by Andrew

Welcome to the Nor’easter blog – it’s been a long time coming, but I’m happy to open up an account of what we’re up to and to give you some more insight into the process of creating the film.

I started writing Nor’easter back in the fall of 2007 as a classroom assignment for Screenwriting 3 in Columbia’s MFA program. Screenwriting 3 and 4, which are taken by all writing or directing students in their third and fourth semesters at the school, are a sequence in which students write a feature-length screenplay under the direction of a single teacher. I worked with Lewis Cole, a distinguished professor of writing at the school who is responsible for overhauling the program in the 90s and making it the narrative-focused (rather than documentary-focused) program that it is today.

When I was considering what to write, I remembered an article written by Ray Carney, an influential professor of film at Boston University, in which he said to film who you really are and film what you don’t know about it.

The idea that you should write what you know is nothing new, but the idea that you should address what you don’t know is an extremely novel concept in filmmaking as far as I’m concerned. The vast majority of films are crafted experiences intended to tell us what the filmmaker is sure of – to create an experience that the filmmaker is in control of and that he or she could likely tell you about before you have it. It was challenging to me to consider attempting to make something that would be beyond my preconceptions, but it was a challenge I wanted, because I knew that the filmmakers I loved, John Cassavetes, Terrence Malick, Andrei Tarkovsky, Robert Bresson, and others, had been willing to do it.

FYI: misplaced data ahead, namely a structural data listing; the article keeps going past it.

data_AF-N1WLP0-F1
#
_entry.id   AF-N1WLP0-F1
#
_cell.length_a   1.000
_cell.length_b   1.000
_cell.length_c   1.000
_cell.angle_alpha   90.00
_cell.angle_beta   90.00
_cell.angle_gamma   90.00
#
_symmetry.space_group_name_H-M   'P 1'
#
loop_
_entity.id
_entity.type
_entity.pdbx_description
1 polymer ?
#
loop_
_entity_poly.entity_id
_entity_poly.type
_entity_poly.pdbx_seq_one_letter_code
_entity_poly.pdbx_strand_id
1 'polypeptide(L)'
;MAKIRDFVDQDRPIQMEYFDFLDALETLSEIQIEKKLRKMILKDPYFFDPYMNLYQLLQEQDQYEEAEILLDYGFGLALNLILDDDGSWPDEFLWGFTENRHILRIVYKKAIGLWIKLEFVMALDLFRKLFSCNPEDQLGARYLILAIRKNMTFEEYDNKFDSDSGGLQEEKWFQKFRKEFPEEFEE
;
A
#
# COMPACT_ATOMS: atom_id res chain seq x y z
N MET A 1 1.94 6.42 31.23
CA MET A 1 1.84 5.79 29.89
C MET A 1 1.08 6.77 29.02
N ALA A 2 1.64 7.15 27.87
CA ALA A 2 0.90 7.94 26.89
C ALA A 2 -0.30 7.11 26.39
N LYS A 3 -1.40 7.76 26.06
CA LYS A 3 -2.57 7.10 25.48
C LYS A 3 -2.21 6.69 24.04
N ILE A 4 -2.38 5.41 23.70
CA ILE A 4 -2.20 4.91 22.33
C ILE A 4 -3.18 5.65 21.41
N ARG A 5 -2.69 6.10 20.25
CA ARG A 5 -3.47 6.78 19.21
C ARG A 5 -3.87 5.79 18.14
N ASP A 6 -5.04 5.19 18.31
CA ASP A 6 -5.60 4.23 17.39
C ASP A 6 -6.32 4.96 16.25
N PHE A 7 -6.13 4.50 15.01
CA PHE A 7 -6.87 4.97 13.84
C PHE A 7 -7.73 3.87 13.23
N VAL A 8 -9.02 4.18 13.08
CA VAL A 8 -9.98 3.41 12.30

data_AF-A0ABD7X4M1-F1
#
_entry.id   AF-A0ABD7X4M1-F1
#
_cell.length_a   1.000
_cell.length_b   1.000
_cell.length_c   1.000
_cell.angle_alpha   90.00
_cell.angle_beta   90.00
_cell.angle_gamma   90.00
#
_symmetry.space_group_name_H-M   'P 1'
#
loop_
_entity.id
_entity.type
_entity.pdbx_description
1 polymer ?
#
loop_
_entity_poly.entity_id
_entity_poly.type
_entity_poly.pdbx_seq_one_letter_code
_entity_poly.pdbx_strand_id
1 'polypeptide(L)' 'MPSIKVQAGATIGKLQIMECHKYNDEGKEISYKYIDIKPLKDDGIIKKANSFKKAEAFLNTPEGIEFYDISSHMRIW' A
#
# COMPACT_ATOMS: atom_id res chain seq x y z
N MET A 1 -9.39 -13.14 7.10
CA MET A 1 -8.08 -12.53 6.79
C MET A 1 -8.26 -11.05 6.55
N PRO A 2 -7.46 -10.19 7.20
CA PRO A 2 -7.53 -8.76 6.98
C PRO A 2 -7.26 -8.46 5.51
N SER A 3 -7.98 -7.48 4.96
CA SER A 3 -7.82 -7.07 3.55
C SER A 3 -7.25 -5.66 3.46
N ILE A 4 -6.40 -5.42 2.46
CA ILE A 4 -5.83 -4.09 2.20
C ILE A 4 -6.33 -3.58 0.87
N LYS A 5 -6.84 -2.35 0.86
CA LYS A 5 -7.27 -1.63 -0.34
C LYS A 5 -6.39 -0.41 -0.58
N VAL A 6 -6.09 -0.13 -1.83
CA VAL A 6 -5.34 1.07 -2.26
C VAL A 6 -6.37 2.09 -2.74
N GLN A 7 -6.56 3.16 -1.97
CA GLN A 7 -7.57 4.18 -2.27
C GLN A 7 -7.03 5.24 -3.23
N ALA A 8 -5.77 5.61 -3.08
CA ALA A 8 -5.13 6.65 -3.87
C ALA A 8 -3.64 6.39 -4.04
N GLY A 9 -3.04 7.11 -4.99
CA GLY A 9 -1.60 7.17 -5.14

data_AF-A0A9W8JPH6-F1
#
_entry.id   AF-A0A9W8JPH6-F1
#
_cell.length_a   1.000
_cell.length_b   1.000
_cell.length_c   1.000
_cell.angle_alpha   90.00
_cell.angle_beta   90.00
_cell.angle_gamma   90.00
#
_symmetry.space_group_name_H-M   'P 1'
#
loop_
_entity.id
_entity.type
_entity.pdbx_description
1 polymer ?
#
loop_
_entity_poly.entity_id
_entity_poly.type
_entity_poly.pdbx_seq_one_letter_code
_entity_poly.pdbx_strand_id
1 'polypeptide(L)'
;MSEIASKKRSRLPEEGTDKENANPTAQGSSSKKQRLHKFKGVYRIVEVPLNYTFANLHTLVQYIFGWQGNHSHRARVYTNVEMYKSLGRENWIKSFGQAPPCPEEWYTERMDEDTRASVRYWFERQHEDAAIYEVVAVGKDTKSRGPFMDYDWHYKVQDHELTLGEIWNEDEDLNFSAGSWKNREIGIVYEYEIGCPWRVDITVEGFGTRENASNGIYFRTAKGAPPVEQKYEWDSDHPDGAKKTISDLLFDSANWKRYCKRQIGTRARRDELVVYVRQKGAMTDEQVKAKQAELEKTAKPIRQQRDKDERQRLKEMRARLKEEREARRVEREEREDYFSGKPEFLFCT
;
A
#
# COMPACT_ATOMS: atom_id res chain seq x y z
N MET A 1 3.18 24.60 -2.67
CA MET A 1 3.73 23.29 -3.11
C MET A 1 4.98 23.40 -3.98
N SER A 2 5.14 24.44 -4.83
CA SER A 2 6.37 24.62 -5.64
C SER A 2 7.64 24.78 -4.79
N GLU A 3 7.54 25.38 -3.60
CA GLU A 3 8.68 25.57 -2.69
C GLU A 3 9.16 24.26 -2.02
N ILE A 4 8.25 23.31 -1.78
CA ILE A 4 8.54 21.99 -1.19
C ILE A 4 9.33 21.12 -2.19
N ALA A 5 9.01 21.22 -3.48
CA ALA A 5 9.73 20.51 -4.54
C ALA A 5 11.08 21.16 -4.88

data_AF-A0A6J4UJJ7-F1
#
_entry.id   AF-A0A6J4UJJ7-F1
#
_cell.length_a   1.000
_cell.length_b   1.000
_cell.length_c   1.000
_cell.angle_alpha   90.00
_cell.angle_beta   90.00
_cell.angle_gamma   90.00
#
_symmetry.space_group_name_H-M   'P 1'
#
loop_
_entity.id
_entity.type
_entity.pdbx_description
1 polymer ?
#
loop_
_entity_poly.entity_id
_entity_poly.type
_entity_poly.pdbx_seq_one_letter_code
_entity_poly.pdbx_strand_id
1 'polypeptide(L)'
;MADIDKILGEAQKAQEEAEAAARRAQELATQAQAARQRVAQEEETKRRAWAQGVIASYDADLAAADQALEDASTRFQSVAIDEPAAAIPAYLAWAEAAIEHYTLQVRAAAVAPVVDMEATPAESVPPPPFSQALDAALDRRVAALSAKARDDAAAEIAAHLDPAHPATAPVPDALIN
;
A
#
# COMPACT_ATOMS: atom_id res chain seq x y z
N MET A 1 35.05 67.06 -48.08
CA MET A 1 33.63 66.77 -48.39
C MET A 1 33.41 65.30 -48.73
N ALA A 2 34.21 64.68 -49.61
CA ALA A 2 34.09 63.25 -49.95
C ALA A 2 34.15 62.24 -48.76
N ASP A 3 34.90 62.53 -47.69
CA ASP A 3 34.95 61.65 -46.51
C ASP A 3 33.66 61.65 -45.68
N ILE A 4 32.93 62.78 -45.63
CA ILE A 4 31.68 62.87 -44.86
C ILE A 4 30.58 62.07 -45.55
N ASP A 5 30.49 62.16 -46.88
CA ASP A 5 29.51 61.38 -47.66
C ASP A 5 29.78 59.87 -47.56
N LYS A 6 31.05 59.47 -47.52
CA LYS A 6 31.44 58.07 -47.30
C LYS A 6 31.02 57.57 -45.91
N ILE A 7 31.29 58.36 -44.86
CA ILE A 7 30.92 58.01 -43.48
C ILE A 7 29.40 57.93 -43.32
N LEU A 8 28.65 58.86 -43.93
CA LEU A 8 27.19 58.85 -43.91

The subjects that I chose were Maine and faith. Maine was easy, it is where I was born and the place I still identify myself with. Faith, on the other hand, was a subject I was only beginning to think of, and the extraordinary breadth of the subject intimidated me and made me want to try to collect my thoughts into something coherent.

Nor’easter is a document of that understanding of faith that I have come to – practical, applied, simple, and in certain interpretations of it, at odds with our natural states. In writing the script I have become much more interested in economics and politics than I ever was before, largely through my desire to understand our natural states and what it means to craft a system that is at odds with that state. Such systems rarely succeed in the long run, as far as I can see.